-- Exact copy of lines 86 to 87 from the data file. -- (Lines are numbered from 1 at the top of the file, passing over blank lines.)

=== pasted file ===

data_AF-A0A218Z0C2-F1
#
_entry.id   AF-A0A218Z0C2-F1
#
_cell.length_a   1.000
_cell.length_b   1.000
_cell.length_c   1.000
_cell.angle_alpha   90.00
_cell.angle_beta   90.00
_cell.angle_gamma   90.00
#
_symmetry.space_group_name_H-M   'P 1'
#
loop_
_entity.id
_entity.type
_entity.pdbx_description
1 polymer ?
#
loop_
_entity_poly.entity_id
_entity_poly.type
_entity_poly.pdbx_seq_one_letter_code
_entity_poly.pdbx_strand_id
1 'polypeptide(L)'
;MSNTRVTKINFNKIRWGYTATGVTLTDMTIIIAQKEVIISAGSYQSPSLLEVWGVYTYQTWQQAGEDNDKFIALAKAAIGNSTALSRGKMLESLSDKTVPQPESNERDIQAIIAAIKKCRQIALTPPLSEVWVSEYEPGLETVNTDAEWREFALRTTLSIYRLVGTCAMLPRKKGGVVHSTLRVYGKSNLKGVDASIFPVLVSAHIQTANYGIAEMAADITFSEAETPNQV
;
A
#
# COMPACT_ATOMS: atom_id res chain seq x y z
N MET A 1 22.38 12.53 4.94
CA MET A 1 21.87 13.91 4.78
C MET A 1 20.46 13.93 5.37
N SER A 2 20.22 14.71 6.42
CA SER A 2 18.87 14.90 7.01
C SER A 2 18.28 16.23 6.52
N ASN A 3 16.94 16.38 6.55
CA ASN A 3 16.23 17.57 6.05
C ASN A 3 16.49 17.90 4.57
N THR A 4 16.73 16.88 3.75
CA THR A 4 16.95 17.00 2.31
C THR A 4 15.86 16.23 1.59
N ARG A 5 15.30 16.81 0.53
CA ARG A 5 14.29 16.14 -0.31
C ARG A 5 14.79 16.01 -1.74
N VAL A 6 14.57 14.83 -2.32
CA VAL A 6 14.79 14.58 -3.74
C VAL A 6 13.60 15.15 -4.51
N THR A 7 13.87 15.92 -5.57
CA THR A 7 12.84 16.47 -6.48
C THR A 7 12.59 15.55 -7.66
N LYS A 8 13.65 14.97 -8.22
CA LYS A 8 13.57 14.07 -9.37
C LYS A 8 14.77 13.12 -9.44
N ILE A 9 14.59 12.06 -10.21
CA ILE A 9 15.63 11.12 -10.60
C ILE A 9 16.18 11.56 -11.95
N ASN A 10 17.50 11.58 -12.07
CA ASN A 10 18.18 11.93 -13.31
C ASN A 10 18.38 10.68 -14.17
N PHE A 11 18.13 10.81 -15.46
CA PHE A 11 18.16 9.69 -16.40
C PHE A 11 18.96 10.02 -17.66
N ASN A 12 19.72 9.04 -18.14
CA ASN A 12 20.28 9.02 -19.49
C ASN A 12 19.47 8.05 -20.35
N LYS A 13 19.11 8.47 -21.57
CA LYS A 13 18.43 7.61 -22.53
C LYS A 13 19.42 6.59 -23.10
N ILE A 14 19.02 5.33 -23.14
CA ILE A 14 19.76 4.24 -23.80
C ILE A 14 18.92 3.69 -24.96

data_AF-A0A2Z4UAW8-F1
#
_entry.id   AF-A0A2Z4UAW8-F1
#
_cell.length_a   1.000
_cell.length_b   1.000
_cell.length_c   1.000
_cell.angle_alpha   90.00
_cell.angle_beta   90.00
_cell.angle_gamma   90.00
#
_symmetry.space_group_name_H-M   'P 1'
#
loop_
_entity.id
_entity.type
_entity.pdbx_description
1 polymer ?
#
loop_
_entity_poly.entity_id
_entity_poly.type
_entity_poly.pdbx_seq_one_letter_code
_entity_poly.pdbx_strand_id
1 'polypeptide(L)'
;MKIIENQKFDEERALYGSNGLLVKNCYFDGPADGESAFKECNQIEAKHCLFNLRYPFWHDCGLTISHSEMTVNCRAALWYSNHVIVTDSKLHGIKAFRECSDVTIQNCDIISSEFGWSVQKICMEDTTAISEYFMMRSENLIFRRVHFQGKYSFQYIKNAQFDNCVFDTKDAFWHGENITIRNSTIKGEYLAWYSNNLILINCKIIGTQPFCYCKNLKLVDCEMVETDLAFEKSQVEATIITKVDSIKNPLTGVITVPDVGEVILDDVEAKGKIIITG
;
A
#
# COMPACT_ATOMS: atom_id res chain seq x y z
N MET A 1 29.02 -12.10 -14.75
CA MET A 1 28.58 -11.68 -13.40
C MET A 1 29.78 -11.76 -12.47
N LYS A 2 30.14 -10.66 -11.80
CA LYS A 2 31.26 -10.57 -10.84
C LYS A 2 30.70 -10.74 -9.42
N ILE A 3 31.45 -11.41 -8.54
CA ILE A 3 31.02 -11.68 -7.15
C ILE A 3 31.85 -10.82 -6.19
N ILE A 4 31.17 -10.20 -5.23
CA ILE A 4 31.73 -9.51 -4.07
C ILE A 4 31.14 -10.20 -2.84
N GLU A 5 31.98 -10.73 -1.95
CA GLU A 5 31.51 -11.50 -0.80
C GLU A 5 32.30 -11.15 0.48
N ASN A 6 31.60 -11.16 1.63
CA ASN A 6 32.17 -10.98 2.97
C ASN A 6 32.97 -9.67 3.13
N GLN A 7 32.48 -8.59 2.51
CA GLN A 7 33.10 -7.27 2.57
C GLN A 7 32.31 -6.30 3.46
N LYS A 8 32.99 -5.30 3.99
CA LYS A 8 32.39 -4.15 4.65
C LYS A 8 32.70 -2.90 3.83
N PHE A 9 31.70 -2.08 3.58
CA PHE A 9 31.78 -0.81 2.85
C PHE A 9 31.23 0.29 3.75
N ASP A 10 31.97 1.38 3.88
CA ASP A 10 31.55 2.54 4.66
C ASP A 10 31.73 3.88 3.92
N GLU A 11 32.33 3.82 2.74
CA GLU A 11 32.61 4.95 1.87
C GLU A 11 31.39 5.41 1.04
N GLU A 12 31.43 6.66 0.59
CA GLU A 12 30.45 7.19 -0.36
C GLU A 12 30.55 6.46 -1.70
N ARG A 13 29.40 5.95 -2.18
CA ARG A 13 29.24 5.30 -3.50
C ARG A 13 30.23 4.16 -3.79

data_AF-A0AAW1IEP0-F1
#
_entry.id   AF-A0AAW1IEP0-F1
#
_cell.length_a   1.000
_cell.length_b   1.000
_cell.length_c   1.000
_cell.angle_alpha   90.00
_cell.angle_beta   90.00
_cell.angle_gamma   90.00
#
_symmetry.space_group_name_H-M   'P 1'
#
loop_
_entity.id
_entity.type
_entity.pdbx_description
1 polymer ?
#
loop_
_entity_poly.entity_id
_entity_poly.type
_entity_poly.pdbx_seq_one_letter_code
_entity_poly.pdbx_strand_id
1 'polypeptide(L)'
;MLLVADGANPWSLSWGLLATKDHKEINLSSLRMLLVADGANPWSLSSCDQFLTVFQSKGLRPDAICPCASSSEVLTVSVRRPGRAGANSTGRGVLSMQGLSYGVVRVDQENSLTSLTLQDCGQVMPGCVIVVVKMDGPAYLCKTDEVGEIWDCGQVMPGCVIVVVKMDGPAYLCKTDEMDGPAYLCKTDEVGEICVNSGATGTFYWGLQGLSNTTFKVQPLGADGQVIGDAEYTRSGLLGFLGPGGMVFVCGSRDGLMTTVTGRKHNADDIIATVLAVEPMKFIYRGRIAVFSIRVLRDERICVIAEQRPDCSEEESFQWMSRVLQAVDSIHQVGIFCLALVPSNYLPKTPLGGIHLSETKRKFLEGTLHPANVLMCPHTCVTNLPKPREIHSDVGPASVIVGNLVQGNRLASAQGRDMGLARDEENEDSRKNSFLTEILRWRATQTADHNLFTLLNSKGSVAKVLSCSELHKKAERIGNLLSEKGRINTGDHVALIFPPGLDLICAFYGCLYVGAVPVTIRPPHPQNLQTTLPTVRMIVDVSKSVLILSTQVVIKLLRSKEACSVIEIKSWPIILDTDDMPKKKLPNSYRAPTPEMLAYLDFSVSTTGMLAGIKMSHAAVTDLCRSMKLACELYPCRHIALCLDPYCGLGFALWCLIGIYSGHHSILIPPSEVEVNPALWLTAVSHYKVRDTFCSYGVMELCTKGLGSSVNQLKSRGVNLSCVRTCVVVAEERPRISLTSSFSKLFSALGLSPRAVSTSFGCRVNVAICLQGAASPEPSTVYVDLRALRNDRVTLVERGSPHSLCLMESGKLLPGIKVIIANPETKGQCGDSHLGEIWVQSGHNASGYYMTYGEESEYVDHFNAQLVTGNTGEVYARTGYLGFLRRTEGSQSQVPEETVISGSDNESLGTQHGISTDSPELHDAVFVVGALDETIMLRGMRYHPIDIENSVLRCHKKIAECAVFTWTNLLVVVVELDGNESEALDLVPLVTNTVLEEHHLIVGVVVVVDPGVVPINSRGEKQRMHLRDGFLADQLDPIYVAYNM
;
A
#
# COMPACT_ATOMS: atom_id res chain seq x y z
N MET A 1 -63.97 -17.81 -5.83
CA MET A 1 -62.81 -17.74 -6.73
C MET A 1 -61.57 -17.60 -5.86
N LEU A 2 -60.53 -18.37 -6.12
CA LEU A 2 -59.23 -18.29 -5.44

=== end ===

loop_
_entity.id